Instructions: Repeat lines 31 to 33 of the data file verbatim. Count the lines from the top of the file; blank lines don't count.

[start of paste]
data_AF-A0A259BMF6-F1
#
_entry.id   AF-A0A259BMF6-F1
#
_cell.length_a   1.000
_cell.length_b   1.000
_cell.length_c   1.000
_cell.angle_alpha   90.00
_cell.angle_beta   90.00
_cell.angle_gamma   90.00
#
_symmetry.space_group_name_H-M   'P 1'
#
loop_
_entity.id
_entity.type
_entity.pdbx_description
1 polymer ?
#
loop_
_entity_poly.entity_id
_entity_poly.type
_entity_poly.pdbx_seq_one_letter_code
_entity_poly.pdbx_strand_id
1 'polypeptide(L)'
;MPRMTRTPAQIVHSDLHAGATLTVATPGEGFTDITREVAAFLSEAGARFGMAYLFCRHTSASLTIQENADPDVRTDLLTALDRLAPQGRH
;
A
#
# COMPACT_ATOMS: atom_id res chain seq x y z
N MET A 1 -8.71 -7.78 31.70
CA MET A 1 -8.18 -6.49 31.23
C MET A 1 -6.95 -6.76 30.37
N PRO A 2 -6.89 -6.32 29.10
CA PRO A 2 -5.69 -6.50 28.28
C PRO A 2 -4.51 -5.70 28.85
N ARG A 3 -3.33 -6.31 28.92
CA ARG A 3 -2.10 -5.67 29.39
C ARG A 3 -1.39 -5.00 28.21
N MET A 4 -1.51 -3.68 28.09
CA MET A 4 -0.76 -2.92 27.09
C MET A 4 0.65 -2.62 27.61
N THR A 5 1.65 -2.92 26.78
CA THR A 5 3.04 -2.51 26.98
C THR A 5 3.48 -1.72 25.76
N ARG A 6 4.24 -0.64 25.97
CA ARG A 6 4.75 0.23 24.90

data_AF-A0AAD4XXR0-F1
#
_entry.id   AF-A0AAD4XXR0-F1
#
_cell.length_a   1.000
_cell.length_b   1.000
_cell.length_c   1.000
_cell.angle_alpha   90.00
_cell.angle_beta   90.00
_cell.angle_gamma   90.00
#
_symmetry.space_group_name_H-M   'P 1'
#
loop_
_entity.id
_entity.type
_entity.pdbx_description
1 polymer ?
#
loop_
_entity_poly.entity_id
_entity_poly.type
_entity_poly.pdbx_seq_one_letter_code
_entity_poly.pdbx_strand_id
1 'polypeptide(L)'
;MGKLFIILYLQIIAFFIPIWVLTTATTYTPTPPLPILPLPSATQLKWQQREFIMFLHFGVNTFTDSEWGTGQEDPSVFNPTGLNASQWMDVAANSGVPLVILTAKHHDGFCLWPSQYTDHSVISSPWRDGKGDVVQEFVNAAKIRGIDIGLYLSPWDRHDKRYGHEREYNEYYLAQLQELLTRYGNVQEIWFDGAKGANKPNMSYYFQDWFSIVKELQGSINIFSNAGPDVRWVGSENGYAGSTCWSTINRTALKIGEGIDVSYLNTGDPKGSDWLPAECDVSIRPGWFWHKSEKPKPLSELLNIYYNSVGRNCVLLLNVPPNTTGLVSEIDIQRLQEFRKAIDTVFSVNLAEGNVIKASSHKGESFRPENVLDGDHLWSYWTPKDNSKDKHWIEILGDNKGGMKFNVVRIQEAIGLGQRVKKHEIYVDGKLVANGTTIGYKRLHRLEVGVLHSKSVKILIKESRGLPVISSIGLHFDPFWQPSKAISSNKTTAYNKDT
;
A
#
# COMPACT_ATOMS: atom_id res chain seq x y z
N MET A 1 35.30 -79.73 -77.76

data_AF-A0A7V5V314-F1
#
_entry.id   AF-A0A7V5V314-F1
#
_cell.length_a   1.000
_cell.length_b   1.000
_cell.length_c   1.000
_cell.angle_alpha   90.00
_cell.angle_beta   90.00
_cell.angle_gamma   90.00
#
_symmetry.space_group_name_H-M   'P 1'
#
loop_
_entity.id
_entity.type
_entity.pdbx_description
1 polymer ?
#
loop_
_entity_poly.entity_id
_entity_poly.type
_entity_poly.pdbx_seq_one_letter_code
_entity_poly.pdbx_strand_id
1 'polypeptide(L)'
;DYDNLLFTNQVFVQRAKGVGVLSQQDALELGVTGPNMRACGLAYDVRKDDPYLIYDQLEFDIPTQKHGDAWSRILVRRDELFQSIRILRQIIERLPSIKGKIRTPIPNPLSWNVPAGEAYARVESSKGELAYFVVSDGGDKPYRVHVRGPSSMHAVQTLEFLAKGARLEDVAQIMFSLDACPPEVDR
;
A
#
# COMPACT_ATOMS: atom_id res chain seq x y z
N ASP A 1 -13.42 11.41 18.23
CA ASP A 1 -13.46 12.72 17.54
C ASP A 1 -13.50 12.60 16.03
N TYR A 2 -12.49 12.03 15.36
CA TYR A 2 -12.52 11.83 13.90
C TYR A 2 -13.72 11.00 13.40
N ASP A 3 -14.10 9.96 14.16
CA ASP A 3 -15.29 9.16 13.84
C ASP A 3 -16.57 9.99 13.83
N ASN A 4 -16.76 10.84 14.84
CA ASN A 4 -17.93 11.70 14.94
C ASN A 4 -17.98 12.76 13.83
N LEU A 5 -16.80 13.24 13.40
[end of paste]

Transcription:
N MET A 1 -8.71 -7.78 31.70
CA MET A 1 -8.18 -6.49 31.23
C MET A 1 -6.95 -6.76 30.37